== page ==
American Portraits: Ernest Hemingway

May 31, 2023

American Portraits: Ernest Hemingway

Early Life and Rooseveltian Ethos

Ernest Hemingway, born in 1899, was brought up in Illinois, and his childhood was influenced by the values of the 19th century, especially the ‘strenuous life’ ethos, famously advocated by Theodore Roosevelt, played a significant role in Hemingway’s upbringing. Roosevelt’s philosophy emphasized living life to the fullest and pursuing one’s chosen path with vigor, whether as a soldier, librarian, or writer. This philosophy greatly influenced Hemingway, who adopted an aggressive work ethic and set high standards for himself.

Post-World War I Career and Writing Style

After World War I, he returned to Oak Park in 1919 and struggled to adjust to post-war America. He worked as a stringer for the Toronto Star, filing occasional pieces, and began his journey to become a great fiction writer. Sherwood Anderson provided letters of introduction to literary figures like James Joyce and Gertrude Stein, allowing him to explore experimental writing styles. He learned to write in a spare, minimalist manner, avoiding excessive adjectives and embracing a more concise prose.

Writing Style and Response to World War I

His writing style was characterized by its minimalism and the ‘Iceberg Theory,’ where he only showed a fraction of the message above the water and left the rest for the reader to infer. He developed this style during his time in Paris, where he was mentored by literary figures like Gertrude Stein. World War I had a profound impact on Hemingway, leading to his disillusionment with the values of the 19th century. His writing often reflected the trauma and emotional turmoil experienced by his characters, with a focus on their journey to restore equilibrium.

Response to the Great Depression

During the Great Depression, Hemingway’s popularity started to wane as his lifestyle of luxury, fishing, hunting, and living the good life in Key West contrasted with the economic hardships faced by the American people. He faced criticism from literary reviewers who expected him to address the economic struggles and the need for collective change in his writing. In response, Hemingway initially defended his right to write about whatever he chose but eventually began to reflect the realities of the era.

Attraction to Key West

His move to Key West in 1928 was influenced by his desire to leave behind the associations of his first marriage in Paris. His writer friend John Dos Passos had spoken highly of Key West’s appeal for writers due to its outdoor pursuits, fabulous winter weather, and the ability to focus on work. They purchased a house there, thanks to Pauline’s wealthy uncle, and quickly integrated into the community. He developed a close connection with the working-class people of Key West, particularly those involved in marlin fishing and deep-sea fishing, who taught him their trades.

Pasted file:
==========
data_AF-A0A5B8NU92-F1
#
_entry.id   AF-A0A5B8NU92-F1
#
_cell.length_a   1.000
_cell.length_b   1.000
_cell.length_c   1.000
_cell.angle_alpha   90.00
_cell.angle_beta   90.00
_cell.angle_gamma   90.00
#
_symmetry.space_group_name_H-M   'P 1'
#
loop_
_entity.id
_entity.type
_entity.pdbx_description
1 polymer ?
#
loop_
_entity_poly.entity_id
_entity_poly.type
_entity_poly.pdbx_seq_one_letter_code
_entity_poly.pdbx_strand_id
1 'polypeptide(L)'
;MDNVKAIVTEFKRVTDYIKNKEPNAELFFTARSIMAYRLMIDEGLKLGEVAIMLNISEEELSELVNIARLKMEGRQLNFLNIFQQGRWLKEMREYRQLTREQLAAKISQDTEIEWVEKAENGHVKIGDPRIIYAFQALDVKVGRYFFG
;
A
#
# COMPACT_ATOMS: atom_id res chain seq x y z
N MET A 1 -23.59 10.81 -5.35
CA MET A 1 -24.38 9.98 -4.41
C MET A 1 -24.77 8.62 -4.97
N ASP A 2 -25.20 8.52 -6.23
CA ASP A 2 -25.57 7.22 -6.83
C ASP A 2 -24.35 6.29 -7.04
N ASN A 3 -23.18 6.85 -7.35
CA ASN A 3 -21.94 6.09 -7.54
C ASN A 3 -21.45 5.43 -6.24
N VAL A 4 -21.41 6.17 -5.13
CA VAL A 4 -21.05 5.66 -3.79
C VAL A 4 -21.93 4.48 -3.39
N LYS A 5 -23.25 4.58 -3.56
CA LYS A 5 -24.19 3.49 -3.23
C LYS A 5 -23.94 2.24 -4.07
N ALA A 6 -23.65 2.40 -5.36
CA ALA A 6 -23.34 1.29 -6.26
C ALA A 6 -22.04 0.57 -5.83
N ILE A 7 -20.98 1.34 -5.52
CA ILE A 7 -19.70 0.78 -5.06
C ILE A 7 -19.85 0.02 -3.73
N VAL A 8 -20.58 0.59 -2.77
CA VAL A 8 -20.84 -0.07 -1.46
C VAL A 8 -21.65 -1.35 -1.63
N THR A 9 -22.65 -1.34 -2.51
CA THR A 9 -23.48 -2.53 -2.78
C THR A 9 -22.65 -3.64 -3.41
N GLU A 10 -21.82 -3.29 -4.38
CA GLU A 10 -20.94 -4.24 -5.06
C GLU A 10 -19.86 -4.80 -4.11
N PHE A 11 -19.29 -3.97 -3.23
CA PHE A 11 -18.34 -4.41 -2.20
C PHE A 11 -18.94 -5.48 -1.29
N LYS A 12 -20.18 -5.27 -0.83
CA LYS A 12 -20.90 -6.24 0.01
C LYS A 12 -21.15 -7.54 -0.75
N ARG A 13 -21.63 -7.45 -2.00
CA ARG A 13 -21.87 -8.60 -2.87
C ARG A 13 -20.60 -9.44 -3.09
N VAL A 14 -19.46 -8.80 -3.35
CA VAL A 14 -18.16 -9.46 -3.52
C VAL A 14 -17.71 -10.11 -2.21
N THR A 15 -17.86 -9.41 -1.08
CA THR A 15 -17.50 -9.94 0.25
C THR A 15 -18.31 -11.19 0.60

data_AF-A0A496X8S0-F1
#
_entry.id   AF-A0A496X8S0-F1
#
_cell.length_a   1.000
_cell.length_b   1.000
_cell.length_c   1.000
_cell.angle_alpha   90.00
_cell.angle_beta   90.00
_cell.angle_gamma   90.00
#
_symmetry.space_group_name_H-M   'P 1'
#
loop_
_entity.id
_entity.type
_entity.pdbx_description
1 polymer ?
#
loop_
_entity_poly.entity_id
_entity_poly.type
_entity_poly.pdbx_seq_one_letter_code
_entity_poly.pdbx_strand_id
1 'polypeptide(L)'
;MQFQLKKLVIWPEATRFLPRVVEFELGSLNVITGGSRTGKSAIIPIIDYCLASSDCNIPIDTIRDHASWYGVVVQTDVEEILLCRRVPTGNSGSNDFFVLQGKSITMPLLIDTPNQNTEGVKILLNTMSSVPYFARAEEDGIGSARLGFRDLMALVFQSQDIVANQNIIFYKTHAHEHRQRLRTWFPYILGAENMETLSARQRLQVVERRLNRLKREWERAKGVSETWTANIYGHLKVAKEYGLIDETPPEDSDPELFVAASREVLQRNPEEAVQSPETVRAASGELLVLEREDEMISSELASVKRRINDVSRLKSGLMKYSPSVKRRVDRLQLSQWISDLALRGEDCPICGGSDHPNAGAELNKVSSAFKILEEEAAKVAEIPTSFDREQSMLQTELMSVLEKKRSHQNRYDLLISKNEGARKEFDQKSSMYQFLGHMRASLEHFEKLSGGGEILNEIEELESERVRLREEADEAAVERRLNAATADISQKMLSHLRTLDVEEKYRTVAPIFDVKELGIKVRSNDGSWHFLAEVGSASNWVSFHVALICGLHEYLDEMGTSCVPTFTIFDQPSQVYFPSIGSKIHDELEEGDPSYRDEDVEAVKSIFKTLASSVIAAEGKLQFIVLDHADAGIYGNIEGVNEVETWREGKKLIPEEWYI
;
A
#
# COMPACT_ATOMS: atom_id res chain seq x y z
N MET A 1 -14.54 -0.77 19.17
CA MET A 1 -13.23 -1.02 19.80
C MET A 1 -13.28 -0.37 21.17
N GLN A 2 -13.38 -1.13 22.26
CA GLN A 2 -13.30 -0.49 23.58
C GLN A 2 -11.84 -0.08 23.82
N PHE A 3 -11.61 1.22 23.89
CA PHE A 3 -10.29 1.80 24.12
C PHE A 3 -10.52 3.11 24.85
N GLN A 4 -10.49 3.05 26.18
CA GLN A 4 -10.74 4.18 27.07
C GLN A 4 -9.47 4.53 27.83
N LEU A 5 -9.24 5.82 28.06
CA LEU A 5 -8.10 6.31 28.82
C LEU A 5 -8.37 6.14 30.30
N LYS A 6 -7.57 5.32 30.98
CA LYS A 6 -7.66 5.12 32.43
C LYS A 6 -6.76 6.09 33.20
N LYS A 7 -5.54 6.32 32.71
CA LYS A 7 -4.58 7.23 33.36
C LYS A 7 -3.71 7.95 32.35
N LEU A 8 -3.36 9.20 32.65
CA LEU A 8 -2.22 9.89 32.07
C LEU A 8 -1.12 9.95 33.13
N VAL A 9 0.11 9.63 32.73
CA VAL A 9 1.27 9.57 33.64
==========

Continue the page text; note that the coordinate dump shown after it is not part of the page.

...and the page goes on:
Role in World War II

During World War II, Hemingway became a correspondent, covering the war. He initially spent 1941 and 1942 in Cuba, where he used his boat for anti-submarine patrols. With the assistance of the US government, he patrolled the waters in search of submarines, armed with machine guns, Thompson guns, and grenades. In 1944, he followed his wife, Martha Gellhorn, to Europe and spent time in England and on the front lines with an infantry division.

Post-War Career

After World War II, Hemingway’s post-war career had its ups and downs. He married his fourth wife, Mary Welsh, in 1946, and continued to live in Cuba. His World War II novel ‘Across the River and Into the Trees’ received negative critical reviews, which deeply affected him. However, he rebounded with ‘The Old Man and the Sea,’ which garnered widespread acclaim and led to him winning the Nobel Prize for Literature in 1954. Unfortunately, Hemingway suffered severe injuries in two plane crashes while in Africa, which further exacerbated his health issues.

Final Years and Legacy

In the late 1950s and early 1960s, Hemingway began to suffer from depression and struggled with the realization of aging. Despite being a great man who had lived life to the fullest, he found it challenging to adjust to the limitations of old age. Hemingway was treated at the Mayo Clinic for depression and underwent electroshock therapy, which unfortunately had the opposite intended effect, making him more suicidal. He tragically took his own life by shooting himself in the head. Just before his death, he had completed the manuscript of ‘A Moveable Feast,’ a memoir of his time in Paris, which showcased his renewed writing abilities.

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